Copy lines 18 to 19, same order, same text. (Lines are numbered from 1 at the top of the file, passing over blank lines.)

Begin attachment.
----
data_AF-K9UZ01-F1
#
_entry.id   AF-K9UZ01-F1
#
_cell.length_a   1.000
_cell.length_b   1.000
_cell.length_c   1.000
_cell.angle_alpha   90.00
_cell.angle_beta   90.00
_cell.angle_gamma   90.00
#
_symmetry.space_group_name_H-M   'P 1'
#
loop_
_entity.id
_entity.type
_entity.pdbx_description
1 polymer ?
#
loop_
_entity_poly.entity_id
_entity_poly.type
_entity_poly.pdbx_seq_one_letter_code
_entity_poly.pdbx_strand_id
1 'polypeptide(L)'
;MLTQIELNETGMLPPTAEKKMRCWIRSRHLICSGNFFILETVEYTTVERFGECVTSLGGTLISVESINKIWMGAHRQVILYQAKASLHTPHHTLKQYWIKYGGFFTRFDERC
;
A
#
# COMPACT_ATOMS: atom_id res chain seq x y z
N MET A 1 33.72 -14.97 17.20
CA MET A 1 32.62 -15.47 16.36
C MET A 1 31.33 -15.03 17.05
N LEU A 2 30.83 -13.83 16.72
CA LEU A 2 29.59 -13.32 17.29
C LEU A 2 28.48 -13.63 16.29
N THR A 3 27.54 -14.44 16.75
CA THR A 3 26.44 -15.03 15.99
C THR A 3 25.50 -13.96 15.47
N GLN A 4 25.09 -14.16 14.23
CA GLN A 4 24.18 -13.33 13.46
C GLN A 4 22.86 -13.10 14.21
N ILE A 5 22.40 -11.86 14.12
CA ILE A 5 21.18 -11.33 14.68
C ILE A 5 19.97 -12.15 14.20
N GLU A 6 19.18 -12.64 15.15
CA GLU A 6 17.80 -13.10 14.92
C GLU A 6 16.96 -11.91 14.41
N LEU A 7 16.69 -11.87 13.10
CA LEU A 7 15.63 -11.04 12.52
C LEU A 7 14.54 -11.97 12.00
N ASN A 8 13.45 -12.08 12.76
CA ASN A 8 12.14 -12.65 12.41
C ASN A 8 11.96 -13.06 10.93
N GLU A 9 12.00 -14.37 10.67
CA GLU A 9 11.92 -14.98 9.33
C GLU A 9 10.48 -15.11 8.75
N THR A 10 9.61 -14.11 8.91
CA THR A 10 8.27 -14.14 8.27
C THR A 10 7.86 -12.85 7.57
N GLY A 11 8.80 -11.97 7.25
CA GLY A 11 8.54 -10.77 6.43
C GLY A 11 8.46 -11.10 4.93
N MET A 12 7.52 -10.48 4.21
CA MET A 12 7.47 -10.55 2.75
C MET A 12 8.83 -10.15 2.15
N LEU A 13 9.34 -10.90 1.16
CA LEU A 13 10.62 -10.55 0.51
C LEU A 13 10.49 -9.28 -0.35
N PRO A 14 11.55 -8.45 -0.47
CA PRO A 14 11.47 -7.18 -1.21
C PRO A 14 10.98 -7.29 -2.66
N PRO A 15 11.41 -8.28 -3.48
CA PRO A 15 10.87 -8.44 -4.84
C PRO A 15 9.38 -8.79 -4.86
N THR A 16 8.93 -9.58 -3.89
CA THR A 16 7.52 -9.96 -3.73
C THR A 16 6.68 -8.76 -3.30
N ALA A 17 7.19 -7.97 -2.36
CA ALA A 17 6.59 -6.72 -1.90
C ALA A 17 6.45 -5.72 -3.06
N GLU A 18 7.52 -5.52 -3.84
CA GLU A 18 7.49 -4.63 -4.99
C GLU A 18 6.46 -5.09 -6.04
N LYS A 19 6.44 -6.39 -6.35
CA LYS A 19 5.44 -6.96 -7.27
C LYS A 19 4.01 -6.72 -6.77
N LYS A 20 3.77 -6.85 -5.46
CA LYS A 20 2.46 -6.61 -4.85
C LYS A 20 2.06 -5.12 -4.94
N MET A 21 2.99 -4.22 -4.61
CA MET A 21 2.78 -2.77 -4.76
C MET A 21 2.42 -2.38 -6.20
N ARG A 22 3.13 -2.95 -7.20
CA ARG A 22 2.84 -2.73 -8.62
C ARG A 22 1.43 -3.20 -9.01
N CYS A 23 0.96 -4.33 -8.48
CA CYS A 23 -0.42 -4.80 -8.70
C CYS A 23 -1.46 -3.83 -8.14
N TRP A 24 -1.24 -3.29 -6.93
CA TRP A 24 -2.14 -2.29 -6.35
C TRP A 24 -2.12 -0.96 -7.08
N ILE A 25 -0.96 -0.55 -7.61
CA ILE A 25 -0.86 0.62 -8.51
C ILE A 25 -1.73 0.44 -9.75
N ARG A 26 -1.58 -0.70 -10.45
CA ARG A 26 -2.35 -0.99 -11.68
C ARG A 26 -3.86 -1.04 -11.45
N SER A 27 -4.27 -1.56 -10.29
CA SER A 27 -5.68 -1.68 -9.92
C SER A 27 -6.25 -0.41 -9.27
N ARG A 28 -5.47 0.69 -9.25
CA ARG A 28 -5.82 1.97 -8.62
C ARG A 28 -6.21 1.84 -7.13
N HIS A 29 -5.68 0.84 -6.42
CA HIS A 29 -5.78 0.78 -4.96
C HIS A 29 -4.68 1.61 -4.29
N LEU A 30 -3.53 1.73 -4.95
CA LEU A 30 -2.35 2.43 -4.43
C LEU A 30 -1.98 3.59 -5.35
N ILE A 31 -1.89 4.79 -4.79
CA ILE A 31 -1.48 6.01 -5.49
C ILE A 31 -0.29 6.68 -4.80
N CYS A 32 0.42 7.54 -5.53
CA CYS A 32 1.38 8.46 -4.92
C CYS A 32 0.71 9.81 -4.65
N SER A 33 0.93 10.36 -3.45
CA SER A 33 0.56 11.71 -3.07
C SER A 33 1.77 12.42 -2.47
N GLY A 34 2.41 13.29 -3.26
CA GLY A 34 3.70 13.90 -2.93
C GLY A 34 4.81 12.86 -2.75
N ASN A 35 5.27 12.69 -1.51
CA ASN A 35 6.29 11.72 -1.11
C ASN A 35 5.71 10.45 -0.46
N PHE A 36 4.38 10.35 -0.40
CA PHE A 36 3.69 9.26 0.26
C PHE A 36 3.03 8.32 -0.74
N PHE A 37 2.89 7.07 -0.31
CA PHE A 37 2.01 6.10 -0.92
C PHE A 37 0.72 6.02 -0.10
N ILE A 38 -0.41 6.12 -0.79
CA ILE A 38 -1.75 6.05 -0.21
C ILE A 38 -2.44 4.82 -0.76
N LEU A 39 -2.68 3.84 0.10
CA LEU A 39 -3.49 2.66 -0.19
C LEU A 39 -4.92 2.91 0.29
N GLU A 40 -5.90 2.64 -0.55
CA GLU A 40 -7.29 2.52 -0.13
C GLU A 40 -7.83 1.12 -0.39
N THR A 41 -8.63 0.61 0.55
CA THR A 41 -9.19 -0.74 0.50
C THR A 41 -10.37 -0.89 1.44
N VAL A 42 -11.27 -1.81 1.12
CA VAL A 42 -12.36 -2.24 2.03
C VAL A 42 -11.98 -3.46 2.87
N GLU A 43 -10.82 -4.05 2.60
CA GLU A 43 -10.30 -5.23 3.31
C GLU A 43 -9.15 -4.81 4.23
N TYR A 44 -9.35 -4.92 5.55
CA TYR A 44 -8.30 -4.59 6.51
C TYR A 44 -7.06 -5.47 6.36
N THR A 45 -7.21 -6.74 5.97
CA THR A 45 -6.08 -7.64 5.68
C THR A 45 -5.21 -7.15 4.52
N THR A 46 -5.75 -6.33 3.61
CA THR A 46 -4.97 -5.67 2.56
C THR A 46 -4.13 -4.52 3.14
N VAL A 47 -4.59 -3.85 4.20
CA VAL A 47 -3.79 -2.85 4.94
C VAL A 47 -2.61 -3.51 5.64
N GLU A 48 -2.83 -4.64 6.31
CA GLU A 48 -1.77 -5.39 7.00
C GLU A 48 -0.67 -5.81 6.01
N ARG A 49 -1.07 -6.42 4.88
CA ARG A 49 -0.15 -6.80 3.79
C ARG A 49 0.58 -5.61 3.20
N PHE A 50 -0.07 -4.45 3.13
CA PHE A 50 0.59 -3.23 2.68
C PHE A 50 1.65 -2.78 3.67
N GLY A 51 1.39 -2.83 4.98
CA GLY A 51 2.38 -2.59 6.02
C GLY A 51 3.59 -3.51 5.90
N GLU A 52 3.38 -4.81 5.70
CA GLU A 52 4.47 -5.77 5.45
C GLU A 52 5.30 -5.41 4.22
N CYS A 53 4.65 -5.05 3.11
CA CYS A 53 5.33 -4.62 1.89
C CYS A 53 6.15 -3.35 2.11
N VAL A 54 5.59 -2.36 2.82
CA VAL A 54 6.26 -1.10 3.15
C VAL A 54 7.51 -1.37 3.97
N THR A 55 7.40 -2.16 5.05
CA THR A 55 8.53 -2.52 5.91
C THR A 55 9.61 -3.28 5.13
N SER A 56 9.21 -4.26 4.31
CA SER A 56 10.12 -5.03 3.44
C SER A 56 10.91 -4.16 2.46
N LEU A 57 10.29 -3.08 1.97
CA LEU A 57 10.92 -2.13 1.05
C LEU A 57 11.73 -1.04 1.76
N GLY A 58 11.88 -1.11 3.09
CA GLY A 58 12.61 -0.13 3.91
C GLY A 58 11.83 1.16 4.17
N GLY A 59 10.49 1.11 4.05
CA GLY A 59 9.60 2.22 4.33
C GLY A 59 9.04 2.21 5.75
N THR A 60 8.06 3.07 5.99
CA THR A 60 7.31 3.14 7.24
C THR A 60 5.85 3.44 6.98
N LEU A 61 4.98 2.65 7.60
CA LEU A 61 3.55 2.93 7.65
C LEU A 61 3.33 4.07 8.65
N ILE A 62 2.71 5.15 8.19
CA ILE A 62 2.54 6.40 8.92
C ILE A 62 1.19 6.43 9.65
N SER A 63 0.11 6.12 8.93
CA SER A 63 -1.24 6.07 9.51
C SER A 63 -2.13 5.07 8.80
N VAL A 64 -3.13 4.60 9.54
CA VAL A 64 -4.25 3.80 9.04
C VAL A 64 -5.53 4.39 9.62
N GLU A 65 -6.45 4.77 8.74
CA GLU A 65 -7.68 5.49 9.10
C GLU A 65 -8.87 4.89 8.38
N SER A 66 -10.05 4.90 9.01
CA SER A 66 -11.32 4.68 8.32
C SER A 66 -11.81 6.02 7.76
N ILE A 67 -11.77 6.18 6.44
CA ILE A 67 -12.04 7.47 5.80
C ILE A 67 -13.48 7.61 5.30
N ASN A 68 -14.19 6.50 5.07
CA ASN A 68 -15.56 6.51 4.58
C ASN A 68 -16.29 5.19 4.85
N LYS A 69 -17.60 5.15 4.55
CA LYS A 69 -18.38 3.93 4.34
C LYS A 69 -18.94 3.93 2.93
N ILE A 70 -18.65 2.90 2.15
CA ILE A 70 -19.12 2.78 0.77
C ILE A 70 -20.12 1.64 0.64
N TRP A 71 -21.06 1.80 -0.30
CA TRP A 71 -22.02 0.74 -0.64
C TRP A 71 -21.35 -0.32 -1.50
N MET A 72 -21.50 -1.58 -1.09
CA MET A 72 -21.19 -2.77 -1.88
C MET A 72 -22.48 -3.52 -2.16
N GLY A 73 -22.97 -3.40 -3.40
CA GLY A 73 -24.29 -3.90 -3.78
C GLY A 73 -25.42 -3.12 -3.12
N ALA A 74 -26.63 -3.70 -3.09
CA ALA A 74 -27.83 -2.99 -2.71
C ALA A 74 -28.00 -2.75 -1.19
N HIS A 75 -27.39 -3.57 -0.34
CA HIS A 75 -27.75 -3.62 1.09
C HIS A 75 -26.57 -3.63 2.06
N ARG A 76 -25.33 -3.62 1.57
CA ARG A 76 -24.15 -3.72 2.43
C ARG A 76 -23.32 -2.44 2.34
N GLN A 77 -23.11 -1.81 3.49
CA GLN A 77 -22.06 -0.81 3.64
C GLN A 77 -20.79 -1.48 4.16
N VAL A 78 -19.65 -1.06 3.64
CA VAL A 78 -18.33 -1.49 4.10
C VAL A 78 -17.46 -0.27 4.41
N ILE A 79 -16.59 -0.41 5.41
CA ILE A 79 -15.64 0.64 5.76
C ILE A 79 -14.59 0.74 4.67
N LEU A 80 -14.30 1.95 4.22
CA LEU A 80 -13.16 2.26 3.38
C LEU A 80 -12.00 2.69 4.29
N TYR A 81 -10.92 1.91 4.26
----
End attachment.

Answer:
1 polymer ?
#